When someone criticizes JCP for 'pushing the gay agenda' - (whatever that is) - I'm pretty sure most savvy investors understand just how seriously we need take the author of the comment.
    Nov 12 11:12 AM | 2 Likes Like |Link to Comment
  • The 3 Scariest Government Charts [View article]
    If you don't like the math that gives us 2.4% here are the details...

    The debate (if there is any) is mostly over what administration 'owns' what aspect of the budget. For instance, Bush passed $250 billion for TARP which carried years forward. Its not just adding up the totals of the annual budget...
    Oct 3 08:18 PM | Likes Like |Link to Comment
  • The 3 Scariest Government Charts [View article]
    Your heading 'Tax and Spend' is misleading... the problem is spending WITHOUT taxing, and has been for the last 30 years or so.

    Over the last 4 years the federal budget has grown at a rate of 2.4% - slower than any other president since Truman. (That number is from the Committee for a Responsible Federal Budget.) The issue is now bringing taxes inline with spending and paying for what has been already promised.
    Oct 3 10:27 AM | 9 Likes Like |Link to Comment
  • General Motors: How To Bash GM - A Primer [View article]
    I think I have another couple of missed points:

    1.) Socialism is BAD!!! Especially for car makers!!!!! Be sure to neglect mention of successfully manged companies like VW, Porsche, BMW, MB, etc and their decades long partial state ownership. (Kinda redundant with the 'Governmental Motors' diatribe, but I think everyone needs to know that Socialism is BAD!!!!!)

    2.) Eco-terrorists are killing the car!!! Obama is planning the demise of GM for 'green' reasons. I have actually heard a conspiracy theory that states: The only reason reason the government rescued GM was so that they could destroy it. Sandal wearing, hemp growing, unwashed ecologists hate all cars (especially the big SUVs that GM specializes in) and of course the US government is beholden to environmentalists, ergo the Illuminati are working to bring GM down from the inside. -- Can't make this stuff up.
    Sep 27 12:34 PM | 4 Likes Like |Link to Comment
  • General Motors: How To Bash GM - A Primer [View article]
    Sorry to hear about your families experience with GM's bankruptcy.

    It's easy to forget with all of the back-and-forth about policy, finance, etc. on here that real money and peoples' nest eggs are also at stake.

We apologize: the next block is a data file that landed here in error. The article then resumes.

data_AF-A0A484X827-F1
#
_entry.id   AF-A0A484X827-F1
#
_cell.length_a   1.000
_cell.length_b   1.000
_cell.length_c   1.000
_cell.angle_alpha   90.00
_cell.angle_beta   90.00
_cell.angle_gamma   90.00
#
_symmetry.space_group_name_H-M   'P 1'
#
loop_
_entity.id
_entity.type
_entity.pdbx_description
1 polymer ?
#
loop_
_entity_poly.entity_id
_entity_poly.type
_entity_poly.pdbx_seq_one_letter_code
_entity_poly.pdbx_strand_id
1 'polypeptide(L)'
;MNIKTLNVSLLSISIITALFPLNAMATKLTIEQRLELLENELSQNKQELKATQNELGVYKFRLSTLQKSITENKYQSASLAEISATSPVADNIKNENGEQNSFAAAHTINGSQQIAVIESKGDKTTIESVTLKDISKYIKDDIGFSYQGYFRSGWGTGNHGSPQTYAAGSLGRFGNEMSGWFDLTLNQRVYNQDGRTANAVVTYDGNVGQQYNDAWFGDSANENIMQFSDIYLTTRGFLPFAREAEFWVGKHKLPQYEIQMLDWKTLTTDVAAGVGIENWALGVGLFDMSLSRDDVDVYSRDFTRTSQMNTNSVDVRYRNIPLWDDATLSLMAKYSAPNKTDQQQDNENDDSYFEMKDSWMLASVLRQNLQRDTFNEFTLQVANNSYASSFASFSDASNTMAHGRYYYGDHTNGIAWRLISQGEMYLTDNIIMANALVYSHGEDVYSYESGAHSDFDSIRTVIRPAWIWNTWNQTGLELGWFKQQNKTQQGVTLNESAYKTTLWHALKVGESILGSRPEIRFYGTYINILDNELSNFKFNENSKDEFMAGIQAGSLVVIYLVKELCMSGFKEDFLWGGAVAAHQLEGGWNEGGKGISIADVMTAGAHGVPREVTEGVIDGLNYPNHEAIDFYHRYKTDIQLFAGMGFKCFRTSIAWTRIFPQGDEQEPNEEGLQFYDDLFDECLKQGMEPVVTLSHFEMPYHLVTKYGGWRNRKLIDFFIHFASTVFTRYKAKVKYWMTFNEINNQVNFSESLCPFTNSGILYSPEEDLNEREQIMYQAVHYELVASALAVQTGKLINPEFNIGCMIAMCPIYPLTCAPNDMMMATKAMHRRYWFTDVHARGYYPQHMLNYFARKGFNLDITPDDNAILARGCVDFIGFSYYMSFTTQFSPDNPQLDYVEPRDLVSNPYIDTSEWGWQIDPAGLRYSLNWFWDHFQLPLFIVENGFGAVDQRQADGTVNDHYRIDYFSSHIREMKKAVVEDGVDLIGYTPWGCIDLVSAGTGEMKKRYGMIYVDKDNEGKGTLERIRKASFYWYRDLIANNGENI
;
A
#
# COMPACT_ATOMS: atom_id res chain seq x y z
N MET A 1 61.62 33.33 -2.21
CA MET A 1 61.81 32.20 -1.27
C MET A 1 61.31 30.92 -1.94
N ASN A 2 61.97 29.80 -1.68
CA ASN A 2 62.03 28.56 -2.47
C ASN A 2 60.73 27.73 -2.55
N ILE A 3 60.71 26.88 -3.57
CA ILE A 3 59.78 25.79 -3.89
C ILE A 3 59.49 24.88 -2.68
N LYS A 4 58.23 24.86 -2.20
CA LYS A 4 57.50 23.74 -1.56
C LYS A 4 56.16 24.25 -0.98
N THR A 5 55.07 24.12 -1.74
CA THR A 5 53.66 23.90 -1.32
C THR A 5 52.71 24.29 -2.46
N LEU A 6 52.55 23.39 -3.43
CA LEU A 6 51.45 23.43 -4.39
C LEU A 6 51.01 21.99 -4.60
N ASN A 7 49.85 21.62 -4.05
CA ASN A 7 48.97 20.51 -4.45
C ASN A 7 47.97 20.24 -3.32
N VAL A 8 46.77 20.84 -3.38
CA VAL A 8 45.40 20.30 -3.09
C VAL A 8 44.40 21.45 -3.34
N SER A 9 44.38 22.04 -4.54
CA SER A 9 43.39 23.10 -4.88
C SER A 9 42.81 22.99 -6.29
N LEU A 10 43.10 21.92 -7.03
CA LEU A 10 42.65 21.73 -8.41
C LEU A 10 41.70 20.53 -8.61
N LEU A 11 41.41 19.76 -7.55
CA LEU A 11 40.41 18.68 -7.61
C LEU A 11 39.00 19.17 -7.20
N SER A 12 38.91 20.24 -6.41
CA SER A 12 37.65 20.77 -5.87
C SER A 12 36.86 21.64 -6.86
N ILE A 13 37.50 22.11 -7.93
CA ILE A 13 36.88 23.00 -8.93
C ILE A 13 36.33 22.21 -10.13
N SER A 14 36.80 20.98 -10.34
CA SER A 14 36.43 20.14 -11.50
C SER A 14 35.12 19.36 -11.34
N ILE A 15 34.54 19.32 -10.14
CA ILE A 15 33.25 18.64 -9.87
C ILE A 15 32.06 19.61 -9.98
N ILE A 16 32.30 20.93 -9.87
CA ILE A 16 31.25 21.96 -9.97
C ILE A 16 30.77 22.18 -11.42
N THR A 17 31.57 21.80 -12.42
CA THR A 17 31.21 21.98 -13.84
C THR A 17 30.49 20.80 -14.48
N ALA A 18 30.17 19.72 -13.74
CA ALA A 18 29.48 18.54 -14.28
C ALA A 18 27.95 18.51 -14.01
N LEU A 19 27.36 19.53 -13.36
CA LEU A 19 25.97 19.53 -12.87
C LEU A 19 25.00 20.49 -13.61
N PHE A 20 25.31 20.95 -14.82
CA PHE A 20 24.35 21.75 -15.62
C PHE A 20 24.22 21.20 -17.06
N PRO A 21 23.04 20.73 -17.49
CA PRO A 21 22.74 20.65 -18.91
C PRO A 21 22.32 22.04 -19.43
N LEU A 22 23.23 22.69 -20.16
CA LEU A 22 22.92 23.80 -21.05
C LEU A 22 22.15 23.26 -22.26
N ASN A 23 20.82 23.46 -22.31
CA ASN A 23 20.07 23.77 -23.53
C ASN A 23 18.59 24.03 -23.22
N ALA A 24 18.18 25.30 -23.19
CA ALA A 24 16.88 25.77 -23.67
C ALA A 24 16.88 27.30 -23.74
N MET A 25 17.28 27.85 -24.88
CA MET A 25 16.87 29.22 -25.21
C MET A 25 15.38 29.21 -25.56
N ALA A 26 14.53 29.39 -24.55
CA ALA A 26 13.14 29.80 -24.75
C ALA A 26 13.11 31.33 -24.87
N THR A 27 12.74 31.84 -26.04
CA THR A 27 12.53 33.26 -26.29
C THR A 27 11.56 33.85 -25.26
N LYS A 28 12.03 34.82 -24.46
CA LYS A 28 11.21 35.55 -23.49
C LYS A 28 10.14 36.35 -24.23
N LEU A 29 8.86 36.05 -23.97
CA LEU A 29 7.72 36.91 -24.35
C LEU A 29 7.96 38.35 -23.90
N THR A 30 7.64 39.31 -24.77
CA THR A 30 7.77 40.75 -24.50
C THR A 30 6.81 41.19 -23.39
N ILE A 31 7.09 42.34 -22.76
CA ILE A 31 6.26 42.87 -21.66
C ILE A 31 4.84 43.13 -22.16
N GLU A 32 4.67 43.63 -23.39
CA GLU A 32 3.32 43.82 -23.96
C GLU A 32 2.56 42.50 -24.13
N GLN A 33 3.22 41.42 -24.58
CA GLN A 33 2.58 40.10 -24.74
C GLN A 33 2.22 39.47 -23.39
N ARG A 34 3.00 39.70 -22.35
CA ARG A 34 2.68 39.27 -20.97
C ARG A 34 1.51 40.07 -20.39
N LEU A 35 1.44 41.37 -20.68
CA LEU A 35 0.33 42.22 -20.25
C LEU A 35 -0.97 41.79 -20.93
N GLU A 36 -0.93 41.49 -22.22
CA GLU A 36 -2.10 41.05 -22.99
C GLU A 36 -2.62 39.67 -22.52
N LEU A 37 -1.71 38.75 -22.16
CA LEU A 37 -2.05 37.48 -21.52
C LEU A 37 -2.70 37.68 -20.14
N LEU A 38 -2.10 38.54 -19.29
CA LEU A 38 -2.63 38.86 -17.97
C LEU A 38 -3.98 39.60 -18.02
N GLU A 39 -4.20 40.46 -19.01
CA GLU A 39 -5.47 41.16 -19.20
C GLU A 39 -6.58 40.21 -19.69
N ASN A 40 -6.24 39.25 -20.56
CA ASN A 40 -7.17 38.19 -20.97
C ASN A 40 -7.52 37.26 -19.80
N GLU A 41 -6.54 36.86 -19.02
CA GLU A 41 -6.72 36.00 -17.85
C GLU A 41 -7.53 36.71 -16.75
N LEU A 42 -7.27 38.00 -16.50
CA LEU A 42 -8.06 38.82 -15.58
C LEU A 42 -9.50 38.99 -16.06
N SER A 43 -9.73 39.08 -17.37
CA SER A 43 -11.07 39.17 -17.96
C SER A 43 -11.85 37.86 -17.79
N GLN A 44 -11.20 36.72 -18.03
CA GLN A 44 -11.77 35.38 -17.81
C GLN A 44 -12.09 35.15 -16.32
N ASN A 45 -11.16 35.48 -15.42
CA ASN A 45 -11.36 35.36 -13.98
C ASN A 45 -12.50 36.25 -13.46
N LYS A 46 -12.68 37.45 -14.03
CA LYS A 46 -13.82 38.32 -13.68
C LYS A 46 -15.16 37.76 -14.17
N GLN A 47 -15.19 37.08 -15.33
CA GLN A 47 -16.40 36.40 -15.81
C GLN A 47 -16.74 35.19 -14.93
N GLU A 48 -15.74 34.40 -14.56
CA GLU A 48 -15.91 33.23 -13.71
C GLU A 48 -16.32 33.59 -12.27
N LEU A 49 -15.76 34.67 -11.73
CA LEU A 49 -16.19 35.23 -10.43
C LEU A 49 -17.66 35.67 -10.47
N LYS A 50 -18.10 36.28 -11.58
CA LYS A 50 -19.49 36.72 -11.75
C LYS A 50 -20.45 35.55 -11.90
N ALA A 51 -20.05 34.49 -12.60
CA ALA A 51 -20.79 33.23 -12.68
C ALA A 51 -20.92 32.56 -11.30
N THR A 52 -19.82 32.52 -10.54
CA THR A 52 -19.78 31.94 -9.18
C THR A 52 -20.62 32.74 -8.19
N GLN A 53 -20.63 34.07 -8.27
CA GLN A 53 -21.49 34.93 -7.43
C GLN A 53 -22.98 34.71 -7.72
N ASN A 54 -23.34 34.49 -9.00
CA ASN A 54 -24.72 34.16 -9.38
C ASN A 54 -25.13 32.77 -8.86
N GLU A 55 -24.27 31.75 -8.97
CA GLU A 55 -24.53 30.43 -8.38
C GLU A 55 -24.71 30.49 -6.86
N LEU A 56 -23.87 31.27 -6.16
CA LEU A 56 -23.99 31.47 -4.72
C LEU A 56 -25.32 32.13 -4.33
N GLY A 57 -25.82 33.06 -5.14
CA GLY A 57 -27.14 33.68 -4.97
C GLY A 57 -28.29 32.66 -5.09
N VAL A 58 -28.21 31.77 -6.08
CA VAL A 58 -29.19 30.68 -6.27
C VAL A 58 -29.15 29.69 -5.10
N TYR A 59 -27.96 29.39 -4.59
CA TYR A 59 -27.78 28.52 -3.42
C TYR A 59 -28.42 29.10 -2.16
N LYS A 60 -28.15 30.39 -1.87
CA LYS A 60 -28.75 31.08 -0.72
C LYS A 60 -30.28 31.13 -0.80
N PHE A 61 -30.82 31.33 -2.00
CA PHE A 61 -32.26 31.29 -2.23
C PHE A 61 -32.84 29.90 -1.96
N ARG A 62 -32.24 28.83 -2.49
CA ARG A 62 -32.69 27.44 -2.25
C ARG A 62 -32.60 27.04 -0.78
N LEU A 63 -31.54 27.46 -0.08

Sep 27 12:13 PM | Likes Like |Link to Comment
  • Radio Shack Move Shows Shortage Of Retail Talent [View article]
    Where am I going to go when I need a new power cord for my computer - right now? Internet sales are fine, but plenty of these items are needed the same day, or within five minutes.

    I would think a fewer number of better located retail outlets offering excellent inventory, knowledgeable staff, and light computer repair (perhaps) will be needed for the foreseeable future.

    Is no competitor angling for this niche?
    Sep 27 11:56 AM | 1 Like Like |Link to Comment
  • Halliburton: Undervalued And Unloved [View article]
    Indeed. Halliburton is a bit like News Corporation (Murdoch's company) in that it has so much bad blood and such a sketchy background (can you say 'no-bid government contracts in Iraq'?) that a decapitation of everyone at or above the executive level would probably result in a share bounce. Really, this is an excellent example of a company that pushes through via size and old boyisms that are fast drying up. The financial's say as much.

    A few years ago I worked at an engineering firm that had business with HAL, and it was a universally unloved company, for many, many reasons.
    Sep 10 05:12 PM | 1 Like Like |Link to Comment
  • Netflix: Game Over [View article]
    A good article - thanks. If you wanted another demonstration of the kind of management netflix is operating under, you might want to note the stock buybacks the company has been engaging in... Incredible, especially considering the shortage of cash to retire debt.

    At some point you have to ask - is it incompetence, or just simple criminal behavior? What is going on with this company?
    Sep 5 10:18 AM | Likes Like |Link to Comment
  • J.C. Penney - Not Buying The Transformation [View article]
    Wow, what a confrontational slew of comments you've left. And thanks for the selective reading of people's comments and the article, too. If you seriously think an author has to peg a 'fair value' via a strategy article like this, fine, that is your opinion. It is not shared by myself or apparently the vast majority of SA readers, commentors or contributors.

    I suggest you lodge a formal complaint with the managers of this forum and see if you can get this ridiculous article off the Internet and then we can all rest easier.
    Aug 28 07:23 PM | Likes Like |Link to Comment